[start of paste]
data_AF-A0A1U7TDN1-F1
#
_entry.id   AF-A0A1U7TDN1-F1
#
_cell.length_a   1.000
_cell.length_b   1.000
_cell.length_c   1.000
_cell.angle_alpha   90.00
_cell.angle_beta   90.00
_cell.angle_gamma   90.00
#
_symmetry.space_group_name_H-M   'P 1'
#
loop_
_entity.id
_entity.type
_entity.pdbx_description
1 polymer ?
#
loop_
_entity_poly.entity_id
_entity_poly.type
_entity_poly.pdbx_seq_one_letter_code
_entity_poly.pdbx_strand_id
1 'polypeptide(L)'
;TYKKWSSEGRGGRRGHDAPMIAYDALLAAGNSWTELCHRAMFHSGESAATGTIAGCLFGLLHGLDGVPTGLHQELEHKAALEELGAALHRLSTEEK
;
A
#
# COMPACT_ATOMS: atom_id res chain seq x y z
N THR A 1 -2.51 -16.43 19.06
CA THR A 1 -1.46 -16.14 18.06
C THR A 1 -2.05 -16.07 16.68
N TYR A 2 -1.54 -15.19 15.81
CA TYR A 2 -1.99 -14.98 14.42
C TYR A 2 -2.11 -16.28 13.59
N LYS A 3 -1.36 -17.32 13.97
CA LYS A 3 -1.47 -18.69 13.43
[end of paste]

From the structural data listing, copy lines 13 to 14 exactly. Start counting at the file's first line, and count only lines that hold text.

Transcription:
#
loop_